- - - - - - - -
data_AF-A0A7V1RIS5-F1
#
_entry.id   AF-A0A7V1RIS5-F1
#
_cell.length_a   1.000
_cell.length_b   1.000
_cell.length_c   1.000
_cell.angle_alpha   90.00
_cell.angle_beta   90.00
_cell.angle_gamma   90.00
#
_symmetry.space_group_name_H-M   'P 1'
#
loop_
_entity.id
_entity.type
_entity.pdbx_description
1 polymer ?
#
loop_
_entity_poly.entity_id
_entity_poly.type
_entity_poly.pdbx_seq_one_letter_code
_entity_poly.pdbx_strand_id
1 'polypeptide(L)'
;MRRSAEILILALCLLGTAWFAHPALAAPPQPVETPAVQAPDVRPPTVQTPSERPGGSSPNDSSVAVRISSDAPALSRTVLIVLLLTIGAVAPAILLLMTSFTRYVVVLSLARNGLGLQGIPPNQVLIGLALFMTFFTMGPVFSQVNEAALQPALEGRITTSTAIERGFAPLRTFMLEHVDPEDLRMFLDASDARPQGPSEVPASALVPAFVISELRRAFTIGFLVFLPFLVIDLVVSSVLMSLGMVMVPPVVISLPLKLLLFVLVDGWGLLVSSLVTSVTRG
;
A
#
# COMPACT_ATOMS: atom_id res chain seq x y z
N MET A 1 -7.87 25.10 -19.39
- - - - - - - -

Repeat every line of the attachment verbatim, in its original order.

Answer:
data_AF-A0A7V1RIS5-F1
#
_entry.id   AF-A0A7V1RIS5-F1
#
_cell.length_a   1.000
_cell.length_b   1.000
_cell.length_c   1.000
_cell.angle_alpha   90.00
_cell.angle_beta   90.00
_cell.angle_gamma   90.00
#
_symmetry.space_group_name_H-M   'P 1'
#
loop_
_entity.id
_entity.type
_entity.pdbx_description
1 polymer ?
#
loop_
_entity_poly.entity_id
_entity_poly.type
_entity_poly.pdbx_seq_one_letter_code
_entity_poly.pdbx_strand_id
1 'polypeptide(L)'
;MRRSAEILILALCLLGTAWFAHPALAAPPQPVETPAVQAPDVRPPTVQTPSERPGGSSPNDSSVAVRISSDAPALSRTVLIVLLLTIGAVAPAILLLMTSFTRYVVVLSLARNGLGLQGIPPNQVLIGLALFMTFFTMGPVFSQVNEAALQPALEGRITTSTAIERGFAPLRTFMLEHVDPEDLRMFLDASDARPQGPSEVPASALVPAFVISELRRAFTIGFLVFLPFLVIDLVVSSVLMSLGMVMVPPVVISLPLKLLLFVLVDGWGLLVSSLVTSVTRG
;
A
#
# COMPACT_ATOMS: atom_id res chain seq x y z
N MET A 1 -7.87 25.10 -19.39